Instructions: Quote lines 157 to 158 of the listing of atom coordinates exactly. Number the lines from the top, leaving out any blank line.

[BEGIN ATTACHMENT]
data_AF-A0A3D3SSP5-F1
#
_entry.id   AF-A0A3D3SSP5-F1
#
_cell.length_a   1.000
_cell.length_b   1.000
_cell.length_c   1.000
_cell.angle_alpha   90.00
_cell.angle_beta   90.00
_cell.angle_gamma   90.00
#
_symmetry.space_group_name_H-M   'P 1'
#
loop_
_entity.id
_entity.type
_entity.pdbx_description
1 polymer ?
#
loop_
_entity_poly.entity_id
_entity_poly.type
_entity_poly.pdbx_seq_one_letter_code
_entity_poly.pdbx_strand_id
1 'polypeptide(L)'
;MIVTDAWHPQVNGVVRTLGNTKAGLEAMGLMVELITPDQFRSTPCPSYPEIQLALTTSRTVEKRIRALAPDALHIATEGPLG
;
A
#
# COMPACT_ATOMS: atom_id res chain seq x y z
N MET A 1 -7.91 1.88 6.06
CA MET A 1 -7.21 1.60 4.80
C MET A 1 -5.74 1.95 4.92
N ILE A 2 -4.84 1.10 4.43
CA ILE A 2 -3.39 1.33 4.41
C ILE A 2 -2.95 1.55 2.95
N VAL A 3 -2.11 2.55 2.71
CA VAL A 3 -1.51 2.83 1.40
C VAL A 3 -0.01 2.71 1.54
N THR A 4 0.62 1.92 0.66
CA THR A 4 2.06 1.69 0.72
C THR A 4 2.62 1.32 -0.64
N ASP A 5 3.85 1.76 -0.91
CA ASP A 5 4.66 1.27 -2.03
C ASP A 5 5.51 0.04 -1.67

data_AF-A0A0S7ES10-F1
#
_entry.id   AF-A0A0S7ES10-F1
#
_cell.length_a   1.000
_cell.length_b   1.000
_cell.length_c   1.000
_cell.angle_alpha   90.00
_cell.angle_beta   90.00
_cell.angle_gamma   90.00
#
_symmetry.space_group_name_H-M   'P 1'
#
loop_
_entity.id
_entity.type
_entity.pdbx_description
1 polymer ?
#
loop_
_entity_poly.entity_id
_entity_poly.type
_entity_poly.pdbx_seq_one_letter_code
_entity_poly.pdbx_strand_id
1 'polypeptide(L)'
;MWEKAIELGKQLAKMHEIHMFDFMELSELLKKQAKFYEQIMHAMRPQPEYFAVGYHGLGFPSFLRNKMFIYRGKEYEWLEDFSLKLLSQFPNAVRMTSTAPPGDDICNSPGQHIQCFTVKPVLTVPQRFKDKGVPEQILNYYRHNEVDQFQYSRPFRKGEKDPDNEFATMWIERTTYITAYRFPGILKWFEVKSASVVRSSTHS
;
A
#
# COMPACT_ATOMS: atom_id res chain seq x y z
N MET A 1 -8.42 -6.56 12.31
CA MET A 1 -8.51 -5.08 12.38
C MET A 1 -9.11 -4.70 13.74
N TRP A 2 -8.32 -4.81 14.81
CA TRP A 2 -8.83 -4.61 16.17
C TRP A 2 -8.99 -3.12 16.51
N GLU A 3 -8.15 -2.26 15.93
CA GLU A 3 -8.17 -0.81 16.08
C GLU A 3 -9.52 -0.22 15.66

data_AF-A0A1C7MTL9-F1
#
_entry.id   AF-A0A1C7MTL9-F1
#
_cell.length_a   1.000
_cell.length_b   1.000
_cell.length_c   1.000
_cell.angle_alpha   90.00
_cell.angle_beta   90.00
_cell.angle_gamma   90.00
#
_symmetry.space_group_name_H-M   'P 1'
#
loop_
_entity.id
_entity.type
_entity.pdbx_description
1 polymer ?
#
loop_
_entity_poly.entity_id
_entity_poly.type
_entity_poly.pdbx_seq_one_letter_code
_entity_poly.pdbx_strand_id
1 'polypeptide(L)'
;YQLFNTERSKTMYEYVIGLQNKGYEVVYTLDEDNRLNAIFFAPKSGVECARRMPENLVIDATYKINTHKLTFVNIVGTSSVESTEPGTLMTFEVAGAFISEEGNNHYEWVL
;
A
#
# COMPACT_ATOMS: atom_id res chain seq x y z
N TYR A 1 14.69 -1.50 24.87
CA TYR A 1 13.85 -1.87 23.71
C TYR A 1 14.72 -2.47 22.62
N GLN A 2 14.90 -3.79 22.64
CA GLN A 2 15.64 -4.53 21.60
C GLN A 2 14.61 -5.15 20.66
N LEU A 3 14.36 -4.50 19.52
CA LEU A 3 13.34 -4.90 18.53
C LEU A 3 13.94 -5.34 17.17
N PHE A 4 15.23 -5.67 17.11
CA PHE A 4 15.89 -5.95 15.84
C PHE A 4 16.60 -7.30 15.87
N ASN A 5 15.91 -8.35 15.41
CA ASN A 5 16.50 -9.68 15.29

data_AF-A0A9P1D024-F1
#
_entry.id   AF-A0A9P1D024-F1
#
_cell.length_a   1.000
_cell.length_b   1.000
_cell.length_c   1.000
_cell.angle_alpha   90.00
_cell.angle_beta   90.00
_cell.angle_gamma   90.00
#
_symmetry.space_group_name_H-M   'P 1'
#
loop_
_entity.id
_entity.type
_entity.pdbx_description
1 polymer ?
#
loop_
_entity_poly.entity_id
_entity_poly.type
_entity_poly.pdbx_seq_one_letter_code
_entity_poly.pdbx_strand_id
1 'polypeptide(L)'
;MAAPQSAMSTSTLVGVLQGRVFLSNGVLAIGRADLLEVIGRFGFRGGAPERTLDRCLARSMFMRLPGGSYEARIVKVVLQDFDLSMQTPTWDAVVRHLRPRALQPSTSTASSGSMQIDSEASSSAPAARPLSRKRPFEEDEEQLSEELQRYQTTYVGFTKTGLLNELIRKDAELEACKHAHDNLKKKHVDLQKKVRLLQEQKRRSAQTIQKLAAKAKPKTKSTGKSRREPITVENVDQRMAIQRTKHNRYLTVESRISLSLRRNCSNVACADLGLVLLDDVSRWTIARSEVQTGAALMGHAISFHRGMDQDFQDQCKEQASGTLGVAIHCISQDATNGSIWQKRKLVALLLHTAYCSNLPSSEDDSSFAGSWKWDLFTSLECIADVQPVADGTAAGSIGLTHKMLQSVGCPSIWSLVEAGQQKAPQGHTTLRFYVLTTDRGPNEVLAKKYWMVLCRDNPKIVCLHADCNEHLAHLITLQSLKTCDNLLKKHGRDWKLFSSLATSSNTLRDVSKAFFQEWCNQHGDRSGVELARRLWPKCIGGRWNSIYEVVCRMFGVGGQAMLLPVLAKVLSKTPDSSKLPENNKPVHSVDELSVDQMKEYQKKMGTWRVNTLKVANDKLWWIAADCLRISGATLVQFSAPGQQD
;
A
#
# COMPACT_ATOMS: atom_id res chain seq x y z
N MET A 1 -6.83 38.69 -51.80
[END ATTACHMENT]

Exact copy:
#
# COMPACT_ATOMS: atom_id res chain seq x y z